used in combination are synergistic and put the patient at
a high risk of serious ulcer disease. In addition, high-dose
steroids may mask the early clinical signs of peptic ulcer
perforation.

 

Video Endoscopic Sequence 4 of 7.

Systemic lupus erythematosus: Gastrointestinal Tract
Problems: Impairment of blood supply to various parts of
the gastrointestinal tract may result in abdominal pain,
damage to the liver or pancreas (pancreatitis), or a
blockage or tear (perforation) of the gastrointestinal tract.

 

Secuencia Video Endoscópica 5 de 7.

The inflammatory infiltrate from patients with SLE was found to contain higher levels of young and mature fibroblasts than those from patients with gastroduodenitis, and was associated with the progression of SLE. During disease exacerbation, immune complex deposition was observed in the arteriolar walls

The inflammatory changes in the gastric and duodenal mucosa were ascertained to be associated with the progression of SLE. In exacerbation of SLE, the walls of vessels (arterioles) exhibited immune complexes classified mainly as IgG and, to a lesser degree, as IgM. In remission, the luminescence of the vessels decreased. The serum level of immunoglobins did not correlate with their regional production in the gastric and duodenal mucosa.

Video Endoscopic Sequence 6 of 7.

Systemic lupus erythematosus (SLE) on the
gastrointestinal (GI) tract from mouth to anus, attempting
to distinguish the features that are most likely to be due to
therapy. GI manifestations of SLE include mouth ulcers,
dysphagia, anorexia, nausea, vomiting, hemorrhage and
abdominal pain. GI vasculitis is usually accompanied by
evidence of active disease in other organs. Early
recognition of the significance of these symptoms offers
the best opportunity.

 

Secuencia Video Endoscópica 7 de 7.

The inflammatory infiltrate from patients with SLE was found to contain higher levels of young and mature fibroblasts than those from patients with gastroduodenitis, and was associated with the progression of SLE. During disease exacerbation, immune complex deposition was observed in the arteriolar walls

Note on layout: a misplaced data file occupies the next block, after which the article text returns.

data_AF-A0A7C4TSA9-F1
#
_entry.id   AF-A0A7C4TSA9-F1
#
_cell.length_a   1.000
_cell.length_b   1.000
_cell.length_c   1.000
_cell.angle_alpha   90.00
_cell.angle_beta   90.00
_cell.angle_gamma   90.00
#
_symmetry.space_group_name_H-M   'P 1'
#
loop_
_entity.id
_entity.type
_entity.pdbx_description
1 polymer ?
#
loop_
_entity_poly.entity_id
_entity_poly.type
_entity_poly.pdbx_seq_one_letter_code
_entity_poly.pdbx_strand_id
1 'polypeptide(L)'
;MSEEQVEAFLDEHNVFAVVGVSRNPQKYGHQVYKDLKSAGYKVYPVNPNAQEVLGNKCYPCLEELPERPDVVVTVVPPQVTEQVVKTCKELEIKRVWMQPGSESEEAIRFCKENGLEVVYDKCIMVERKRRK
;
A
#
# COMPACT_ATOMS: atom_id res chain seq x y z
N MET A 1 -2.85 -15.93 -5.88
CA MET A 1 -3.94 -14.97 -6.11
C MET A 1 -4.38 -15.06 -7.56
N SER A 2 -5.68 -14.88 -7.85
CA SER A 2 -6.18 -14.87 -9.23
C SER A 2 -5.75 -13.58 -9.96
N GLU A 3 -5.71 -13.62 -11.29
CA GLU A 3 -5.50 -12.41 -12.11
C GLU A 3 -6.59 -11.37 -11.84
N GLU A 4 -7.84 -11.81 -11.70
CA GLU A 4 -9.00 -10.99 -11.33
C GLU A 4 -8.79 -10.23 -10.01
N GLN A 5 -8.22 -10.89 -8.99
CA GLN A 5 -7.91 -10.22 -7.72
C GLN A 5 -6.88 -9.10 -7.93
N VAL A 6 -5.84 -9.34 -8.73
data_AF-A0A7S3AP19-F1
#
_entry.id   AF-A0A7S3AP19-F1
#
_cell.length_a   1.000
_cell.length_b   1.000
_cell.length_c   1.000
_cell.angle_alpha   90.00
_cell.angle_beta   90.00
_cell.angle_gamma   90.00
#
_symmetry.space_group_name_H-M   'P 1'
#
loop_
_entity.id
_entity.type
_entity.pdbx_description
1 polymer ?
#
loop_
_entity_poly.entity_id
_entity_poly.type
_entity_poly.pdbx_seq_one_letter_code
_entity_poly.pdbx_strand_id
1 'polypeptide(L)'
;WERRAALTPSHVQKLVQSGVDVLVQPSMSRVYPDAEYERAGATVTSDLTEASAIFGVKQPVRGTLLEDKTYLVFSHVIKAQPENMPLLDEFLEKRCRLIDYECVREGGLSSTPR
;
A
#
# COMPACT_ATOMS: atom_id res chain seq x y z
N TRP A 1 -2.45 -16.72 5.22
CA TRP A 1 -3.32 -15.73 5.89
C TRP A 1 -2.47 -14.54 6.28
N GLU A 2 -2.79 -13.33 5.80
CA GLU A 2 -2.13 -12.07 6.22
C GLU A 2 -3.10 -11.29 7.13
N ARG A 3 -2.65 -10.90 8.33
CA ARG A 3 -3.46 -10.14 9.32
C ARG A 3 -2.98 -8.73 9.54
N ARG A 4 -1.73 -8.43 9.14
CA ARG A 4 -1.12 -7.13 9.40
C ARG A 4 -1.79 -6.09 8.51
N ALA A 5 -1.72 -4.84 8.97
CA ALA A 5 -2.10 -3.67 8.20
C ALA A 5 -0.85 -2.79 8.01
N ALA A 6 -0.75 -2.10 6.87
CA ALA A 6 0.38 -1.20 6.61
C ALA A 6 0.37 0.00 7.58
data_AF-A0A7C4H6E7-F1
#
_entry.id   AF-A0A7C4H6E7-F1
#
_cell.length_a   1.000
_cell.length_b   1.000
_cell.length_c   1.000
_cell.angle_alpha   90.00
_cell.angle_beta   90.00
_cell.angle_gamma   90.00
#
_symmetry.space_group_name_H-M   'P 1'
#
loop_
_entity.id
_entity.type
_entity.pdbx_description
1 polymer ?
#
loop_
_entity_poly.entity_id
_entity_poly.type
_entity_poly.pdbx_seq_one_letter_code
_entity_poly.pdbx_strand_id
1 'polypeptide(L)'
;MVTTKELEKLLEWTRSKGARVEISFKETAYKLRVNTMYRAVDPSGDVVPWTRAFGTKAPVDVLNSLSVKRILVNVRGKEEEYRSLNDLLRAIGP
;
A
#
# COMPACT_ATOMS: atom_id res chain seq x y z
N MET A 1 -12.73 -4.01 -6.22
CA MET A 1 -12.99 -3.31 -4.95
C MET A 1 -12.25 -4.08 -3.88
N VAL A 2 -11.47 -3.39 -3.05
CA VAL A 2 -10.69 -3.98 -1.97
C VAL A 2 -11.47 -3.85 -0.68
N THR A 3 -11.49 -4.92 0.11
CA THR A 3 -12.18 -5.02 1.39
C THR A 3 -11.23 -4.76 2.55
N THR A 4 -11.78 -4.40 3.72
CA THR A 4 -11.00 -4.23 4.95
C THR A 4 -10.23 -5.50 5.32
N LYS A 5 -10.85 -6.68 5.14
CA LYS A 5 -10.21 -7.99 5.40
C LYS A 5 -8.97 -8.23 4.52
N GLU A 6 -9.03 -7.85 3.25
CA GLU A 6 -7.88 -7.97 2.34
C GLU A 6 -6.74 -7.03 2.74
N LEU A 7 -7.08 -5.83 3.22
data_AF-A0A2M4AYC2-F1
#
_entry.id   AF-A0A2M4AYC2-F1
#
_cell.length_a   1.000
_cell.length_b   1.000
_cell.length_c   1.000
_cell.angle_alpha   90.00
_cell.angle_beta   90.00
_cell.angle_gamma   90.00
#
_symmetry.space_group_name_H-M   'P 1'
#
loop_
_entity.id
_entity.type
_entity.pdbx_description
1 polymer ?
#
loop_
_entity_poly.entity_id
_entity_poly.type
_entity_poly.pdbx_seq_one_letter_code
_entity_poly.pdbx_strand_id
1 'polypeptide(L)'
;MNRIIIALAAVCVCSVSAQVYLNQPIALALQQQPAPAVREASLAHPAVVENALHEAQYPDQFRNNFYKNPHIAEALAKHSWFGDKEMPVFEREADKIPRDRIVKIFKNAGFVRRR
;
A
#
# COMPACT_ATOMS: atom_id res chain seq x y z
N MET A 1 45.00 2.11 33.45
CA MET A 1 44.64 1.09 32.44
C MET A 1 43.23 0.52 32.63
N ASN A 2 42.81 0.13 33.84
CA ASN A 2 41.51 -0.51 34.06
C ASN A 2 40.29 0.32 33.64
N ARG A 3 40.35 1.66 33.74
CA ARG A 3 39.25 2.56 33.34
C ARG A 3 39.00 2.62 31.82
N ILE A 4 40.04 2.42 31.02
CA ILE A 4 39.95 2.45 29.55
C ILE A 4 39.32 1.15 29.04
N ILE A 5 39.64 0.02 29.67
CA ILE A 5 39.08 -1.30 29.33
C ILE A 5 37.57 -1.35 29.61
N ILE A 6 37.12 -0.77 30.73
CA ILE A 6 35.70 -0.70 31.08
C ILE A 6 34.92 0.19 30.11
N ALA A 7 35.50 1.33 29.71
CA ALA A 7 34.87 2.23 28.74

Menetrier disease

Video Endoscopic Sequence 1 of 24.

Menetrier's disease (Hypertrophic Gastropathy)

This 53 year-old male presented with abdominal pain, nausea weight loss of 20 libs

There are irregular thickened and large gastric folds of
the fundus and proximal body two endoscopies showed
small foci of adenocarcinoma at first thought it was a
lymphoma or linitis plastica.

 

Menetrier disease

Video Endoscopic Sequence 2 of 24.

Menetrier disease is a rare disorder characterized by massive overgrowth of mucous cells (foveola) in the mucous membrane lining the stomach, resulting in large gastric folds. The main symptom associated with Menetrier disease is pain in the upper middle region of the stomach (epigastric pain). Premalignant disorder. The cause of Menetrier disease is unknown.

There is great variation in the thickness and configuration of normal gastric rugae. Endoscopists and radiologists therefore tend to overdiagnose Ménétrier's disease . In this rare disorder there is marked thickening , tortuosity and irregularity of the mucosal ridges, occasionally giving the mucosa an appearance suggestive of polyposis. Accurate diagnosis must be based on a combination of endoscopic and histopathological appearances.

 

 

 

 

 

Menetrier disease

Video Endoscopic Sequence 3 of 24.

There is considerable confusion and contradiction in the
medical literature regarding disorders involving large
gastric folds. The name Menetrier disease is often
erroneously used to describe any condition with large
gastric folds or as a synonym for giant hypertrophic
gastritis (GHG). However, Menetrier disease is not a true
form of gastritis. A diagnosis of Menetrier disease should
be reserved for individuals with large gastric folds due to
overgrowth of mucous cells. There is minimal or no
stomach inflammation in Menetrier disease. Because
inflammation is minimal or not present, Menetrier disease
is classified as a form of hyperplastic gastropathy and not
as a form of gastritis. Some researchers believe that
Menetrier disease and GHG may be variants of the same
disorder or different parts of one disease spectrum.

 

Menetrier disease

Video Endoscopic Sequence 4 of 24.

Ménétrier's disease is a rare disorder characterized by
diffuse hyperplasia of the foveolar epithelium of the body
and fundus combined with hypoproteinemia resulting from
protein-losing enteropathy. Other symptoms, such as
weight loss, diarrhea, and peripheral edema, are also often
present. In rare (mostly pediatric) cases, the antrum may
be involved. In adults, onset is typically between 30 and 60
years of age, with a male-to-female ratio of 3 : 1. The
syndrome is characterized by pronounced GI protein loss
and hypoalbuminemia. Although the clinical and pathologic
features of Ménétrier's disease in children are essentially